Laptop Irony

by chromatic

From Christopher Blizzard on one laptop per child and open source:

For once Microsoft is getting the reverse Linux laptop experience: little support and little documentation for the hardware. The result will be a platform that doesn't include any of the really novel features that we're building in, bad power management, no systems management via the firmware and apps that will randomly crash because they can't fix the virtual memory problem in the same way we're approaching it. A second class citizen, to be sure.


Roy Schestowitz
2007-05-05 05:49:40
It happens when the OLPC unit is built 'hand in glove' with GNU/Linux. Now the glove is on the other hand. Or was it shoe on one's foot? ;-)
Richard Chapman
2007-05-05 08:47:39
The shoe can't be on the other foot because Microsoft shot themselves in that foot. You can take your pick of any one of their past marketing ploys, those are the bullets. Their vast wealth, that's the gun. And the sweat meister himself, Steve Ballmer, pulled the trigger.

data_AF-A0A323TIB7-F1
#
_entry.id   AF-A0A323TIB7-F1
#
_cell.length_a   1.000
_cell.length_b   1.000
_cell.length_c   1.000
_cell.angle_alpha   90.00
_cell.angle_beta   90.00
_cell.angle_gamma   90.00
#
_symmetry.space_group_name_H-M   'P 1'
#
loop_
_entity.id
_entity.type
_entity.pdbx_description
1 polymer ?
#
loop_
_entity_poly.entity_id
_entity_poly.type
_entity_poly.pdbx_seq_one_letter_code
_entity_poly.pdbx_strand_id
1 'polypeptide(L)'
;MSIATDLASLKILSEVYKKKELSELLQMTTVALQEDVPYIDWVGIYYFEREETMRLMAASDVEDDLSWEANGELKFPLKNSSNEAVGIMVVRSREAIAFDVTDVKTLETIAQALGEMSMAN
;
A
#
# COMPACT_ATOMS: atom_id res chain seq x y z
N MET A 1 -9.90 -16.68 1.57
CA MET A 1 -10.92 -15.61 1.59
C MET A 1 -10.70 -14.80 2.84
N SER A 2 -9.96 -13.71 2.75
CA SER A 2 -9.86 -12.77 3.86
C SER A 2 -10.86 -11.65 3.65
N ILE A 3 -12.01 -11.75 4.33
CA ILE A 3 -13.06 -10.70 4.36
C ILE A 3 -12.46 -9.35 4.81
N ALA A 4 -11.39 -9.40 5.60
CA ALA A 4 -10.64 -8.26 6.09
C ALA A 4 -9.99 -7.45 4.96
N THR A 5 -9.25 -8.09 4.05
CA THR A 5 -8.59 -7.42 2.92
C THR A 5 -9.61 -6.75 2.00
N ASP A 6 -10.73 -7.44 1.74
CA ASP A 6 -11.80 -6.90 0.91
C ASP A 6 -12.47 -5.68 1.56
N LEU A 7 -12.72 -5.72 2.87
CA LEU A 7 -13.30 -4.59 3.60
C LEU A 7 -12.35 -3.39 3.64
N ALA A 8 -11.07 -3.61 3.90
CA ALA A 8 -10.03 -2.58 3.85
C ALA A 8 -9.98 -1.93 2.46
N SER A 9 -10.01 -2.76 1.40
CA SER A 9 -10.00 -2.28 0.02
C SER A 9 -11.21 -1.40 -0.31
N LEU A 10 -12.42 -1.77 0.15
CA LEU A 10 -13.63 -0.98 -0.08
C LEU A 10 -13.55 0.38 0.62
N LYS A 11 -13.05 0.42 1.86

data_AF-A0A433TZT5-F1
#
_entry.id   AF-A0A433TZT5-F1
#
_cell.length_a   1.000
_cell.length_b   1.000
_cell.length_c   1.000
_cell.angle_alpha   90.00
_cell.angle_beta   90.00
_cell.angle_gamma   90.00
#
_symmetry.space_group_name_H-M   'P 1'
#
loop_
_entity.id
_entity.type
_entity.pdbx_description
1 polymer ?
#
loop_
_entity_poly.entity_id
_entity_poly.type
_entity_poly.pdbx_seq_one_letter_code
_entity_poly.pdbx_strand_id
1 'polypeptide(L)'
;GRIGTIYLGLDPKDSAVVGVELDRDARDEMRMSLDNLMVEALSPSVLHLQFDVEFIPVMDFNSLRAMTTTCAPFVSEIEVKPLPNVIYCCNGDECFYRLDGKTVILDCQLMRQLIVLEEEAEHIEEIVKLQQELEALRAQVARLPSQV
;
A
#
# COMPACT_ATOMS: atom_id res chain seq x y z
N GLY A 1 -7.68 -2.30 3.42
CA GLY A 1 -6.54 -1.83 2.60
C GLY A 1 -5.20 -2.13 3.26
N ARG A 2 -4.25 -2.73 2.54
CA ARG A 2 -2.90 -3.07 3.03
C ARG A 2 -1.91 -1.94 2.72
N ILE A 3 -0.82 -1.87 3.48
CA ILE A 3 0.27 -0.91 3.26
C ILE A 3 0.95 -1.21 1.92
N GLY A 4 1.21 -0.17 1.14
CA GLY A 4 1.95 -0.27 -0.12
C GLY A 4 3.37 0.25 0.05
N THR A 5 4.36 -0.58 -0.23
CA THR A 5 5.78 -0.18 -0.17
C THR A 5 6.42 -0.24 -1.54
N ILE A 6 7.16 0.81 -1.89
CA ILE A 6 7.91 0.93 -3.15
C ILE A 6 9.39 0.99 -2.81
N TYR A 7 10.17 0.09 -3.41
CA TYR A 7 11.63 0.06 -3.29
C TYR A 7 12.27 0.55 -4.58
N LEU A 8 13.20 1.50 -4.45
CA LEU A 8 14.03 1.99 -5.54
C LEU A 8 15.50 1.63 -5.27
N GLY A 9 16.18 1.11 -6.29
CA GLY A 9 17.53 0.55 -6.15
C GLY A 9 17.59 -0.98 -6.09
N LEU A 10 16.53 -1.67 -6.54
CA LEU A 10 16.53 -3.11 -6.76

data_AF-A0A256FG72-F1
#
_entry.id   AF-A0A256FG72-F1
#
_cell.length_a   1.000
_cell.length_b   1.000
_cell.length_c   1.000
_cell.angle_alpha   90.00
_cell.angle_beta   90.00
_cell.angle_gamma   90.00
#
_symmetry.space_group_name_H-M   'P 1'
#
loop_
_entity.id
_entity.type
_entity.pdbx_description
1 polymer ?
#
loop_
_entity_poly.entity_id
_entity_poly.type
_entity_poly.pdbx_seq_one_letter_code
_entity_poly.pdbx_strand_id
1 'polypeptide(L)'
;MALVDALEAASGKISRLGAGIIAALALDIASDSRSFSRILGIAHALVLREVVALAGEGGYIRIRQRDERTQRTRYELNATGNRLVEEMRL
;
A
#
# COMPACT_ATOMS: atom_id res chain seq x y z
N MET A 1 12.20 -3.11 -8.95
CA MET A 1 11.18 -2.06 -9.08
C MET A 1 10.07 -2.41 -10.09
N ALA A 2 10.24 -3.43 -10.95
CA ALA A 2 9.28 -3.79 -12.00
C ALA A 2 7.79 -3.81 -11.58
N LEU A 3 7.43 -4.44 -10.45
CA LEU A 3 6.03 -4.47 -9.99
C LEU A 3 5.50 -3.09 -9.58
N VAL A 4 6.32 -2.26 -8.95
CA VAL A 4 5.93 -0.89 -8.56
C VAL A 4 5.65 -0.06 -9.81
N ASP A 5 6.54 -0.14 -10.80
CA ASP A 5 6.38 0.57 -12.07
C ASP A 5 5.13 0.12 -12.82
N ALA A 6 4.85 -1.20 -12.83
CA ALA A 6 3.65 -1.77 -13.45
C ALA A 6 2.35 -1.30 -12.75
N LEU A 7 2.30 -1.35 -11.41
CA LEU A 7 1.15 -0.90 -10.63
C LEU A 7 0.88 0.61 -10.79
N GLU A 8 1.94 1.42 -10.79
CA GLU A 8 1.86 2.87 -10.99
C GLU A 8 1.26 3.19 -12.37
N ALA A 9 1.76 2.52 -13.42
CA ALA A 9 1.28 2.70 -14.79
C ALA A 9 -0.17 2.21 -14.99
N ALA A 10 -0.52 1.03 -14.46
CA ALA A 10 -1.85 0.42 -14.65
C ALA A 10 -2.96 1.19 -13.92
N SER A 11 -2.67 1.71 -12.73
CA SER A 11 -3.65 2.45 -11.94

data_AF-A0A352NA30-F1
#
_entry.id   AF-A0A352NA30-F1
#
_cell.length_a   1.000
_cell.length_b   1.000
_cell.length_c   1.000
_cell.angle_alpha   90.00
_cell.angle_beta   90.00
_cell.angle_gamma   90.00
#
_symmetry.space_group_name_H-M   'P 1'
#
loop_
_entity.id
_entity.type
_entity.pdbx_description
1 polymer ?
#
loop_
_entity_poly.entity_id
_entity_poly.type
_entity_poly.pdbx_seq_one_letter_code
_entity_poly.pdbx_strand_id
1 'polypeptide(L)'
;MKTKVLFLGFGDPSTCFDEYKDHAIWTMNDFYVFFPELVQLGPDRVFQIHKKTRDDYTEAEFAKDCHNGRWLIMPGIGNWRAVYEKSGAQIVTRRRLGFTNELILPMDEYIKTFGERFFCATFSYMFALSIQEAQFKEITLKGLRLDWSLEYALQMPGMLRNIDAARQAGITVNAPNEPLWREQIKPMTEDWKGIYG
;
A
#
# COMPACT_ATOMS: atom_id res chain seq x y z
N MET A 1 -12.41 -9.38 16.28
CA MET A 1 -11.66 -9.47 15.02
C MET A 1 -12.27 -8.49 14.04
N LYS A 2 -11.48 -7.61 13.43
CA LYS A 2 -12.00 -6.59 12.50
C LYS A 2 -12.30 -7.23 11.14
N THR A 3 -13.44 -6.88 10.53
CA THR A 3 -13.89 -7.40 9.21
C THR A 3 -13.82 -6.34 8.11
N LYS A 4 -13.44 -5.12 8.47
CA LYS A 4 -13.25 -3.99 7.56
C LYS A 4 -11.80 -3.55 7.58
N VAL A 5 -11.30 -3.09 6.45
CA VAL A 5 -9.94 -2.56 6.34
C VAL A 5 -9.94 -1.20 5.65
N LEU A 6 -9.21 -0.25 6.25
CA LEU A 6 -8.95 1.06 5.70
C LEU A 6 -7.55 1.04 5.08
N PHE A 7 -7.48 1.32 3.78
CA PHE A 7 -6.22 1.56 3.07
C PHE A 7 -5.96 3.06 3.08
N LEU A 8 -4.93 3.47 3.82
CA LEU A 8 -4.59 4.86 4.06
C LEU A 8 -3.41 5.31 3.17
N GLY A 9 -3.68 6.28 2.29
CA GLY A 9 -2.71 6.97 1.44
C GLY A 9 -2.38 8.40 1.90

But you're right. If they did have another foot to put the shoe on, it certainly would be on it.

Roy Schestowitz
2007-05-05 18:25:53
Rest assued, they will not go down without a slimy fight.

One Laptop Per Child - Production Delays Caused By Microsoft, Intel?

,----[ Quote ]
| I sincerely hope that no matter what the people who are running the
| OLPC project decide, that their project will continue and not get
| bogged down in a play of corporate greed and ambitions.

Governments Must Reject Gates' $3 Bid to Addict Next Billion PC Users

,----[ Quote ]
| "Microsoft's strategy of getting developing nations hooked on its
| software was clearly outlined by Bill Gates almost a decade ago," said
| Con Zymaris, CEO of long-standing open source firm Cybersource.
| Specifically, Bill Gates, citing China as an example, said:
| "Although about 3 million computers get sold every year in China, but
| people don't pay for the software," he said. "Someday they will, though.
| As long as they are going to steal it, we want them to steal ours.
| They'll get sort of addicted, and then we'll somehow figure out how to
| collect sometime in the next decade."[1]